On the Interpretation of Fossil Nuclei

DOI: 10.4236/ns.2016.85025   PDF   HTML   XML   2,605 Downloads   3,148 Views   Citations


Although organelle preservation in plant fossils is not novel and well-preserved plant mesofossils have contributed greatly to the understanding of plant evolution, subcellular structures are still a rarity in plant mesofossils. Although it is not easy to explore subcellular structures in plant fossils, related attempts are frequently seen. Among them, some false interpretation requires further inspection. To shed more light on this issue, here I studied Cretaceous charcoalified mesofossils from USA, using LM (light microscopy), SEM (scanning electron microscopy) and TEM (transmission electron microscopy) technologies. My conclusion shows that not all publications reflect the truthful existence of nuclei in plant fossils, and this study may provide a reference for the future research.

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Wang, X. (2016) On the Interpretation of Fossil Nuclei. Natural Science, 8, 216-219. doi: 10.4236/ns.2016.85025.

Received 28 January 2016; accepted 3 May 2016; published 6 May 2016

1. Introduction

In the studies of plant fossils, the exploration of nuclei is a difficult spot [1] - [5] . Some researchers have published excellent papers regarding this aspect [2] - [5] . Recently Friis et al. [1] also reported nuclei in exquisite Early Cretaceous fossil seeds. Although their main conclusion that herbs are among early angiosperms is an old idea dated back to 1960s [1] and is supported by recent discovery of Jurassic herbaceous plant [6] , their claim of nuclei deserves further scrutiny. Here, to shed more light on this issue, some plant mesofossils from the Albian- Cenomanian (Cretaceous) of Kansas, USA, were studied using LM, SEM and TEM [7] [8] .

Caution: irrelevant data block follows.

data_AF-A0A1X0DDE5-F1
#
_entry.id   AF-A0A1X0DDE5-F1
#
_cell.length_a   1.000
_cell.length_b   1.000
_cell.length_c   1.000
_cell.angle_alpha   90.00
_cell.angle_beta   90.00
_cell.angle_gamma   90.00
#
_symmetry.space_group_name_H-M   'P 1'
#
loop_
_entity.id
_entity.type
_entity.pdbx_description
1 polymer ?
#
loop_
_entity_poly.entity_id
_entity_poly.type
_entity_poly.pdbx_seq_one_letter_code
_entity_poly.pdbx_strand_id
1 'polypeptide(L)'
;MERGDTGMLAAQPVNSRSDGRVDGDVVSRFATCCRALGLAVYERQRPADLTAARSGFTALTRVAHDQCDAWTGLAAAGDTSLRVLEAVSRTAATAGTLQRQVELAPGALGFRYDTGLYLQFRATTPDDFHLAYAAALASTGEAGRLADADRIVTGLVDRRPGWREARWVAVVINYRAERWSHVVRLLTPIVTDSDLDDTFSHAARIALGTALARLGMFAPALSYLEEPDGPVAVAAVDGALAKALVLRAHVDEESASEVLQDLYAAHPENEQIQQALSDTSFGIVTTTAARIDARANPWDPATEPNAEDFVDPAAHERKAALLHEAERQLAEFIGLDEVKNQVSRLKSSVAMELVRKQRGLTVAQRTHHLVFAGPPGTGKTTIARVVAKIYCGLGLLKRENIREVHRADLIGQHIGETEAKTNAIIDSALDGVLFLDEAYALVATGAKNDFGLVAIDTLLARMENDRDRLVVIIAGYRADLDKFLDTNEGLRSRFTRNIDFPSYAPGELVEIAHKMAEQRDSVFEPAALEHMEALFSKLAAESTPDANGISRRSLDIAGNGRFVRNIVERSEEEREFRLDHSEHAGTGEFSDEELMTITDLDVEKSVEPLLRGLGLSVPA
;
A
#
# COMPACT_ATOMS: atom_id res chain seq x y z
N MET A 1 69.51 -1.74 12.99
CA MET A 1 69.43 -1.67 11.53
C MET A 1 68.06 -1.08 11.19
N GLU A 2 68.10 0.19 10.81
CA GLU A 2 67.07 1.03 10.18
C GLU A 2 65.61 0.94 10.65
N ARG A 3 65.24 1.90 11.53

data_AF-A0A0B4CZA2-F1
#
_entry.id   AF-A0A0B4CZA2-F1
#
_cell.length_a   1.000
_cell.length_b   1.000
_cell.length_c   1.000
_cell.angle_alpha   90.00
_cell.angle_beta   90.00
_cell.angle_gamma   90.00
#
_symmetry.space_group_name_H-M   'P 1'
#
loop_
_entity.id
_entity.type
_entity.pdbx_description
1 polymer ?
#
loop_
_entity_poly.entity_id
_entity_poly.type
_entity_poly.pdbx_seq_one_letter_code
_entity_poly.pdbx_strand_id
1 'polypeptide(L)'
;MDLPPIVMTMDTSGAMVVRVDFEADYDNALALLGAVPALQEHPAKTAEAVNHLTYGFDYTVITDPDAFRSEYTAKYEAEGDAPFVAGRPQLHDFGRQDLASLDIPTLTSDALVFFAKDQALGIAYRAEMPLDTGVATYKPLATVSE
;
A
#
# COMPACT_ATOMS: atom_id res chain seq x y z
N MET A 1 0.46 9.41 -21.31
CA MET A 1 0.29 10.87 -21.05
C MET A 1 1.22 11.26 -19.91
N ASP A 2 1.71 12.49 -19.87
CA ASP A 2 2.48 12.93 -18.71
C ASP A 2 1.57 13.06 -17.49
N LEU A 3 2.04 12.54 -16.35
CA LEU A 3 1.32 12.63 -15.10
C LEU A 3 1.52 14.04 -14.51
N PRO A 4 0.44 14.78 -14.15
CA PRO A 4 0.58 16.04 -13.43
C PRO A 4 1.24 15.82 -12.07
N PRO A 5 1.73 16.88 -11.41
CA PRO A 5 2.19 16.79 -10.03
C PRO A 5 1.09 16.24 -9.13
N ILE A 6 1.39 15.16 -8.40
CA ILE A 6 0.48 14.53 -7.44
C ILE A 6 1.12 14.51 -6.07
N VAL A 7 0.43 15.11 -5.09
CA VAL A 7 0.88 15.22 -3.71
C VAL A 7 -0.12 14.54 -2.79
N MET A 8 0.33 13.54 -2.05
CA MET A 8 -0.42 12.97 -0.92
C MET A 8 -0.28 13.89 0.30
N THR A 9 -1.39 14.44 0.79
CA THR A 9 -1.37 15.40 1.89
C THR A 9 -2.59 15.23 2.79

2. Materials and Methods

The materials were collected from the Dakota Formation outcrop near Black Wolf, Ellsworth, Kansas, USA (38˚43'91"N, 98˚22'17"W). The collected samples were digested in running water for a week at room temperature, flushed and sieved using USA Standard Testing Sieve No. 35 (32 mesh, with a mesh size of 0.5 mm), air-dried, and picked under a stereomicroscope. Selected specimens were cleaned with HF, mounted on SEM stubs, coated with gold, and observed using SEM. One of the specimens were processed with nitric acid, cleaned, and then embedded in paraffin and cut into serial sections for LM observation, following the procedure used for living plant materials. Some of these sections were mounted on SEM stubs for further observation. To compare fossil and extant plant materials, I baked leaves of Ligustrum japonicum trees from the Diamond Village, University of Florida, or set such leaves on fire. The leaf materials that became charred after these procedures were prepared for LM, SEM, and TEM as described for the fossil materials above. The such-processed materials were embedded in Epon resin, cut into ultrathin sections, and stained for TEM observation. (More details can be found in previous works [7] [8] ).

3. Results

A charcoalified shoot apex with at least two lateral appendages (UF15719-44149) is preserved in three dimensions (Figure 1(a)). The preservation allows detailed anatomical observation (Figure 1(b), Figure 1(c)). In nearly all cell lumina contained are cell residues (Figures 1(a)-(d)). These cell residues are spiny in form and remain connected to the cell walls through thin strands (Figures 1(c)-(e)). A similar configuration is observed in better preserved cell of another fossil (UF15719-44457). Similar spiny cell configurations are also observed in baked parenchymatous cells (Figure 1(g)) and half-burned cells (Figure 1(h)) of extant Ligustrum japonicum.

4. Discussion

Questions In this study, I have observed the spiny cell residues in preserved cells of fossil plants and paren-